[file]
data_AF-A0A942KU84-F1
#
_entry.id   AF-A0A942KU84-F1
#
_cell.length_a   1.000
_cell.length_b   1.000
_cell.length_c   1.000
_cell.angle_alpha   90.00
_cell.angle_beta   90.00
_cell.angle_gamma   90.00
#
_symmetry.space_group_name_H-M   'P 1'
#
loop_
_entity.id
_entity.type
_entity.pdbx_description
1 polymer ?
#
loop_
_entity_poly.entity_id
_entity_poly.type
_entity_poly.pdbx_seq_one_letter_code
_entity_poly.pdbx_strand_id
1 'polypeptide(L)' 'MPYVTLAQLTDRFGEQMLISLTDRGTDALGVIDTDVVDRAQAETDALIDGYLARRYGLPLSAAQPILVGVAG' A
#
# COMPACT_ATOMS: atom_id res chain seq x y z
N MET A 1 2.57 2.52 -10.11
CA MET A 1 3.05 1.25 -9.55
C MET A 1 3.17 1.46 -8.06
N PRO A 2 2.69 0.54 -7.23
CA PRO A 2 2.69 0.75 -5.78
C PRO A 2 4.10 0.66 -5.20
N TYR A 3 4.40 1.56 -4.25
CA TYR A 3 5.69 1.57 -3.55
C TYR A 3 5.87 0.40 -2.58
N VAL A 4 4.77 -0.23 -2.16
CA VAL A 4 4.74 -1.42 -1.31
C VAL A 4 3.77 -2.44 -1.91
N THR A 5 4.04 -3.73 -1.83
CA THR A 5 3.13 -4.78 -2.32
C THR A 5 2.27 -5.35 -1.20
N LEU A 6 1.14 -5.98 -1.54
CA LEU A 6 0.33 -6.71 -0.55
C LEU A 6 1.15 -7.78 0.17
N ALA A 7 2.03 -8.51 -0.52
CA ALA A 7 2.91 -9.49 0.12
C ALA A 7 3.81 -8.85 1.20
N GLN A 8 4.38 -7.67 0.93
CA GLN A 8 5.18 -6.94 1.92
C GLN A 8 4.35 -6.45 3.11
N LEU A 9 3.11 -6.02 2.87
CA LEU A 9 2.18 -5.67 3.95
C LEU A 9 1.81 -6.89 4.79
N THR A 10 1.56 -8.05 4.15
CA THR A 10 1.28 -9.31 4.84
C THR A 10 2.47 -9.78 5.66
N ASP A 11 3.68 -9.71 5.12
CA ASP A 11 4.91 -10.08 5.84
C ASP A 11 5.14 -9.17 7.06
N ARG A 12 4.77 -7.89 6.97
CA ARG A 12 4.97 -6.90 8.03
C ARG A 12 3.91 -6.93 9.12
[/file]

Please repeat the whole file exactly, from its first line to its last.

data_AF-A0A942KU84-F1
#
_entry.id   AF-A0A942KU84-F1
#
_cell.length_a   1.000
_cell.length_b   1.000
_cell.length_c   1.000
_cell.angle_alpha   90.00
_cell.angle_beta   90.00
_cell.angle_gamma   90.00
#
_symmetry.space_group_name_H-M   'P 1'
#
loop_
_entity.id
_entity.type
_entity.pdbx_description
1 polymer ?
#
loop_
_entity_poly.entity_id
_entity_poly.type
_entity_poly.pdbx_seq_one_letter_code
_entity_poly.pdbx_strand_id
1 'polypeptide(L)' 'MPYVTLAQLTDRFGEQMLISLTDRGTDALGVIDTDVVDRAQAETDALIDGYLARRYGLPLSAAQPILVGVAG' A
#
# COMPACT_ATOMS: atom_id res chain seq x y z
N MET A 1 2.57 2.52 -10.11
CA MET A 1 3.05 1.25 -9.55
C MET A 1 3.17 1.46 -8.06
N PRO A 2 2.69 0.54 -7.23
CA PRO A 2 2.69 0.75 -5.78
C PRO A 2 4.10 0.66 -5.20
N TYR A 3 4.40 1.56 -4.25
CA TYR A 3 5.69 1.57 -3.55
C TYR A 3 5.87 0.40 -2.58
N VAL A 4 4.77 -0.23 -2.16
CA VAL A 4 4.74 -1.42 -1.31
C VAL A 4 3.77 -2.44 -1.91
N THR A 5 4.04 -3.73 -1.83
CA THR A 5 3.13 -4.78 -2.32
C THR A 5 2.27 -5.35 -1.20
N LEU A 6 1.14 -5.98 -1.54
CA LEU A 6 0.33 -6.71 -0.55
C LEU A 6 1.15 -7.78 0.17
N ALA A 7 2.03 -8.51 -0.52
CA ALA A 7 2.91 -9.49 0.12
C ALA A 7 3.81 -8.85 1.20
N GLN A 8 4.38 -7.67 0.93
CA GLN A 8 5.18 -6.94 1.92
C GLN A 8 4.35 -6.45 3.11
N LEU A 9 3.11 -6.02 2.87
CA LEU A 9 2.18 -5.67 3.95
C LEU A 9 1.81 -6.89 4.79
N THR A 10 1.56 -8.05 4.15
CA THR A 10 1.28 -9.31 4.84
C THR A 10 2.47 -9.78 5.66
N ASP A 11 3.68 -9.71 5.12
CA ASP A 11 4.91 -10.08 5.84
C ASP A 11 5.14 -9.17 7.06
N ARG A 12 4.77 -7.89 6.97
CA ARG A 12 4.97 -6.90 8.03
C ARG A 12 3.91 -6.93 9.12